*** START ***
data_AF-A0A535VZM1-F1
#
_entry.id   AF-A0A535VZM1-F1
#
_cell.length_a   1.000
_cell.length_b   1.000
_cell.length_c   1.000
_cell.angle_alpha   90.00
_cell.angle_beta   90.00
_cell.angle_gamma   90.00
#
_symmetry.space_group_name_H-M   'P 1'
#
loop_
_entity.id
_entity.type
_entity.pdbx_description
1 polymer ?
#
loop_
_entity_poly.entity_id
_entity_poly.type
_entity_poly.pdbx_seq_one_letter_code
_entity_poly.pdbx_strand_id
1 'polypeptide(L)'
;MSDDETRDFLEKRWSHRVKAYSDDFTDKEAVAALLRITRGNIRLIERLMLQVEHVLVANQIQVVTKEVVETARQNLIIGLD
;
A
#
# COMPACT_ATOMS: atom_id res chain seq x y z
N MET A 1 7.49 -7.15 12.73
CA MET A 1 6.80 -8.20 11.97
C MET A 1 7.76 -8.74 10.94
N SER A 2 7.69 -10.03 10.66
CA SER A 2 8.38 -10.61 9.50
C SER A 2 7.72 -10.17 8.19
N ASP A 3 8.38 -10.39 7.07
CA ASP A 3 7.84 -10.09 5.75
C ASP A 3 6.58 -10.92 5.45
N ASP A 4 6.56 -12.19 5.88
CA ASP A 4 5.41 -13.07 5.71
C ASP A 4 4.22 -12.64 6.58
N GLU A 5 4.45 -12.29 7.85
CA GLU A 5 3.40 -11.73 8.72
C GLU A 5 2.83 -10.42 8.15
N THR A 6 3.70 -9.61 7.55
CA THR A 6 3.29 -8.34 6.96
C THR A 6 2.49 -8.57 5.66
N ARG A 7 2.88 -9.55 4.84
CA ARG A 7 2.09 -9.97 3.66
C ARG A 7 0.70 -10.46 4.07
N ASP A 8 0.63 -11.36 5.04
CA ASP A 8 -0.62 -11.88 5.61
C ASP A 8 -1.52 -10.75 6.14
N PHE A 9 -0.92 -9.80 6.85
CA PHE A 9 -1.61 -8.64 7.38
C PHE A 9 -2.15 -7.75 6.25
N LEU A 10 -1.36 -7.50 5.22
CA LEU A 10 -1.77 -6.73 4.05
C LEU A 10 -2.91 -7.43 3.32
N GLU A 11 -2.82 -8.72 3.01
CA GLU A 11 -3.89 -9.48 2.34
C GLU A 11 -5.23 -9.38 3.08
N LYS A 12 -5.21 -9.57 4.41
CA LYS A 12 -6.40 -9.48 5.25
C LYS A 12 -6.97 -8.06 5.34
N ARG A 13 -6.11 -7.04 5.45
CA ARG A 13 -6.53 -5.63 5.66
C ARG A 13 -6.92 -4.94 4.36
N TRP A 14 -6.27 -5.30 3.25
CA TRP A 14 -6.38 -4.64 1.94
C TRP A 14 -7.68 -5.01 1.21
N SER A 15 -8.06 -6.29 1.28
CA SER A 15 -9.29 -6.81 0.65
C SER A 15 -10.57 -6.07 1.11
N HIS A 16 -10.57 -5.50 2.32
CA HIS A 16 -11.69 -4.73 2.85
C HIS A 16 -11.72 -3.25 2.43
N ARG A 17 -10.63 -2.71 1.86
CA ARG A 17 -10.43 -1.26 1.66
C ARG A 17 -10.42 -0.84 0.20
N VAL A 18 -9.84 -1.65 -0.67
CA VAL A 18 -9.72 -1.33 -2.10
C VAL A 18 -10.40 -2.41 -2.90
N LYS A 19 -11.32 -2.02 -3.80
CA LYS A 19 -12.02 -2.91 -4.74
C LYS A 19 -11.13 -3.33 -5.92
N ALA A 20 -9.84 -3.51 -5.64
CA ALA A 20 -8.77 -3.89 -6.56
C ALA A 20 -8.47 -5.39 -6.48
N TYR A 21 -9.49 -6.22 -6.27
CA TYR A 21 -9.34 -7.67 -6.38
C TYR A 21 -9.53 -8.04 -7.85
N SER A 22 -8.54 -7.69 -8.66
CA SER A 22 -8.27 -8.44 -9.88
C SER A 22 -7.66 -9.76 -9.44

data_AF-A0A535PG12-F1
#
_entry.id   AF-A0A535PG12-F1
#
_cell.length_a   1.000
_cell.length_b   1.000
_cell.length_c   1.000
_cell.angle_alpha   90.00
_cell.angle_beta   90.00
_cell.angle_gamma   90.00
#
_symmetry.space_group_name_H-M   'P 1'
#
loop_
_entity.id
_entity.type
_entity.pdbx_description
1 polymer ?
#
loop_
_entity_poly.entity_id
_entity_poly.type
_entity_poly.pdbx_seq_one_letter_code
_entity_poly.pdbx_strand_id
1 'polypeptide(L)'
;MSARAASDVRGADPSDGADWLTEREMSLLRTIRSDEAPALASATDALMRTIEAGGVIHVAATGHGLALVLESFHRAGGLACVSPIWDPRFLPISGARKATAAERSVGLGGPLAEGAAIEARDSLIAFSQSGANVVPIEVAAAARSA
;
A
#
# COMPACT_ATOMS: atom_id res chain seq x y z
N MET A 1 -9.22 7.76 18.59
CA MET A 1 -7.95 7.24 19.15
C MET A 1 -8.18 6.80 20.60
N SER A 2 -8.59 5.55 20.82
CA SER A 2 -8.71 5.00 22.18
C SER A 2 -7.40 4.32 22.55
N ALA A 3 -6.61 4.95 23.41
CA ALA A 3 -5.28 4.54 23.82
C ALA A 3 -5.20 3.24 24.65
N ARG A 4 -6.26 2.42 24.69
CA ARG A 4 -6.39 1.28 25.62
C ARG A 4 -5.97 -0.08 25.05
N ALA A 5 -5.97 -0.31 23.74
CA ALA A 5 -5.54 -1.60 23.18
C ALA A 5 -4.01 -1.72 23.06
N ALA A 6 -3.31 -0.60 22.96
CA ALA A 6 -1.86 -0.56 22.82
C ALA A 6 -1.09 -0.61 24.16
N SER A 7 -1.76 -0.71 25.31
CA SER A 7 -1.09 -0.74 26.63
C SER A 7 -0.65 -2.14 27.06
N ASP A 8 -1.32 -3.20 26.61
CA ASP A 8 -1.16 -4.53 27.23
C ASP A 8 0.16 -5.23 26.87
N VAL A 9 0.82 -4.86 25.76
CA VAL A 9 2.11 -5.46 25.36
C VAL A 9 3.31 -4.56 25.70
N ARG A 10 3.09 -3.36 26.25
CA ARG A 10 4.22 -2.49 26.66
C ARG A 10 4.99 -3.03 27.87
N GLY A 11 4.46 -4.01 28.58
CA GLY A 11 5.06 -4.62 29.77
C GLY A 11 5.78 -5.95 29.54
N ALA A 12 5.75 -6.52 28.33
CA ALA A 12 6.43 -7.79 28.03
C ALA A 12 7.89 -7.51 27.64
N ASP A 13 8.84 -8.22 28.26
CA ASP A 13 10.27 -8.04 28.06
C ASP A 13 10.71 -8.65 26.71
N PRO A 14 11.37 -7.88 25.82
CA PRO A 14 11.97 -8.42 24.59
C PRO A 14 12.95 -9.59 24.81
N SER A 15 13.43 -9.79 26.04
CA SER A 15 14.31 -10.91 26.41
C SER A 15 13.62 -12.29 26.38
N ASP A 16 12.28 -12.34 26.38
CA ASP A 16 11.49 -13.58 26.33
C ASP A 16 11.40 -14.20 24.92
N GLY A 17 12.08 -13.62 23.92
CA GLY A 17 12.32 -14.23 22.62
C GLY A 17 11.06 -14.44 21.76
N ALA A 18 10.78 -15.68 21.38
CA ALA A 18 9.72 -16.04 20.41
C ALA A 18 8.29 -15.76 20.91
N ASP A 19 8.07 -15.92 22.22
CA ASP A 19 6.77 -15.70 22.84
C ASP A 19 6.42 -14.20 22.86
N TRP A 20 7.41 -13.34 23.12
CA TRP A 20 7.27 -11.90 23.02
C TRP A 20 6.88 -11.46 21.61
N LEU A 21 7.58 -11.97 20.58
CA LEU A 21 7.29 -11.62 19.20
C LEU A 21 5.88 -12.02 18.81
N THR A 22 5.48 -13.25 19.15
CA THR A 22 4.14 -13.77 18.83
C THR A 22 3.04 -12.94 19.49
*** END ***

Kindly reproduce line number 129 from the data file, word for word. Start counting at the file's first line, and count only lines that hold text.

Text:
C MET A 1 -8.18 6.80 20.60